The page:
The big news today is that Personal Capital, the financial advisory firm that offers human advisors available to interact virtually with clients utilizing the company’s proprietary Personal Financial Management tools, has crossed the $1B AUM mark.
While often dubbed a “robo-advisor”, the reality as noted above is that Personal Capital does not really belong in the category, as the company actually offers one-to-one relationships between clients and a personal financial advisor (an actual human being) who simply happens to engage with the clients using digital communication tools, making the solution closer to a part-technology part-human “cyborg” advisor than a true “robo” solution.
What’s most notable about Personal Capital, though, is that not only does it function as a technology-augmented human advice platform, but that because it also charges more “traditional” AUM fees (with a starting cost of 0.89% for the first $1M under management), it actually generates significantly more revenue than its pure robo competitors. In fact, while Personal Capital may not be larger than the other “robo-advisor” platforms as measured by AUM, it has in the span of only 3 years actually grown more revenue than all other robo-advisors combined!
Revenues Of Robo-Advisor And Cyborg Advisor Competitors
Thanks to the SEC’s Investment Adviser Public Disclosure tools, it’s easy to look up the AUM and client details of any Registered Investment Adviser, including the robo-advisors. And according to their latest Form ADV filings, the current AUM of the leading robo-advisor platforms are:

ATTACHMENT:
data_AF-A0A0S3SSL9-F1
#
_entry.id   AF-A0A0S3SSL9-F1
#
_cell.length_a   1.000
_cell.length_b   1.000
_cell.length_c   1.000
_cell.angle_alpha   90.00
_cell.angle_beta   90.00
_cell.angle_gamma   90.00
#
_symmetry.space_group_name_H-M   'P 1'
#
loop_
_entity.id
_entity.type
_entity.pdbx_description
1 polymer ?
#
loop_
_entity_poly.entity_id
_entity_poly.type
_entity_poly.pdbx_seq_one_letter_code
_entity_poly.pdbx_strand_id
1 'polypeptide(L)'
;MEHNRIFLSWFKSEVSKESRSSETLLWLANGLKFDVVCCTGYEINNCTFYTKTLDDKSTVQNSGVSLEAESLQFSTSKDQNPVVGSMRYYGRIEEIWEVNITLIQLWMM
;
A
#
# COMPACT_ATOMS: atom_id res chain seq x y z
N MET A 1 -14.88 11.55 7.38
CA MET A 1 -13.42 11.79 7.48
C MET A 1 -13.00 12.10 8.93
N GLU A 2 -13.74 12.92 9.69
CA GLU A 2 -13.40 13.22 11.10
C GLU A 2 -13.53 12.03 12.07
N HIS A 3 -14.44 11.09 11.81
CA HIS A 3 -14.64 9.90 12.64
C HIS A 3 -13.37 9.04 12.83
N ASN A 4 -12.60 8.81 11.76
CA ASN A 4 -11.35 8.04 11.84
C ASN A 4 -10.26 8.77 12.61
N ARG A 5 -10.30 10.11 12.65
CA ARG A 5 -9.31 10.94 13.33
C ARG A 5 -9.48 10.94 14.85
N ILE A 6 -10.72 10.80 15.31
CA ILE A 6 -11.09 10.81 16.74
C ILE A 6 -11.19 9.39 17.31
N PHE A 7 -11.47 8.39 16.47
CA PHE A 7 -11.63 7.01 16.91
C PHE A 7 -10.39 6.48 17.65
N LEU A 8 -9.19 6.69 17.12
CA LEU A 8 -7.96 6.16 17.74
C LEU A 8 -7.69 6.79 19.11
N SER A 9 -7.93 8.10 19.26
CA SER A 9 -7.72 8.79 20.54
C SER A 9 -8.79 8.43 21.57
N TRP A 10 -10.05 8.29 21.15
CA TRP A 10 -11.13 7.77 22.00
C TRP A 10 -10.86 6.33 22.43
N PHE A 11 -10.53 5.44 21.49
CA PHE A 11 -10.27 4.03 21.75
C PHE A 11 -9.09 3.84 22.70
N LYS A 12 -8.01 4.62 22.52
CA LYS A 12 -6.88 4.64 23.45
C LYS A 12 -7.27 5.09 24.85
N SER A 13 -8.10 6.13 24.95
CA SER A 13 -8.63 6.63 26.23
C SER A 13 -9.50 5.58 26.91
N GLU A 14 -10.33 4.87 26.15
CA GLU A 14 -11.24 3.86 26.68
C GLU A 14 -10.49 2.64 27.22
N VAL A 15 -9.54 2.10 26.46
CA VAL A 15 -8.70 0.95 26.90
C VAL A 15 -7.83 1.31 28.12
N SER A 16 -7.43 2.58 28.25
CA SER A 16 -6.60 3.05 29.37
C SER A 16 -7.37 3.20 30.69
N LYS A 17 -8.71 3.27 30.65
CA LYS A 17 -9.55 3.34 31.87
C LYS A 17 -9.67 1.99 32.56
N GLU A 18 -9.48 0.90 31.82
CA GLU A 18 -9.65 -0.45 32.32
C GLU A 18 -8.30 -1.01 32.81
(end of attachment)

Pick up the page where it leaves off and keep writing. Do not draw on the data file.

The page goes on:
Given their average client sizes, the typical client pays approximately a 0.25% AUM fee to Wealthfront and Betterment (or actually slightly less to Wealthfront, given that the first $10,000 of AUM is free), and 0.50% to FutureAdvisor, which would lead to the following gross revenues:
By contrast, at a 0.89% AUM fee, Personal Capital’s revenue on $1B would be approximately $8.9M!
Of course, Personal Capital will face higher expenses to deliver its services over time – after all, they do have human advisors to pay! – so this is not necessarily a look at which company is more profitable (at least at this point). Nonetheless, for a company that’s been around roughly as long as the other true robo-advisors, it’s notable that in a similar period of time, the human-advisors-plus-technology solution has been able to grow more revenue than all the other robo-advisors combined! Which continues to raise interesting questions about just how much demand there really is for pure robo solutions.
On the other hand, it’s also notable that (based on its latest Form ADV filing, which has not yet been updated for the recent $1B AUM mark), Personal Capital is also squarely in the middle of the mass affluent market, with an average client size of $344k. This means the “typical” Personal Capital client is roughly quadruple the size of a Wealthfront client, and 17X the size of the average Betterment user, suggesting once again that pure robo solutions are not in competition with human financial advisors (even the ones delivering their services in a purely online format), but that such virtually-based human advisors are in competition with in-person financial planners!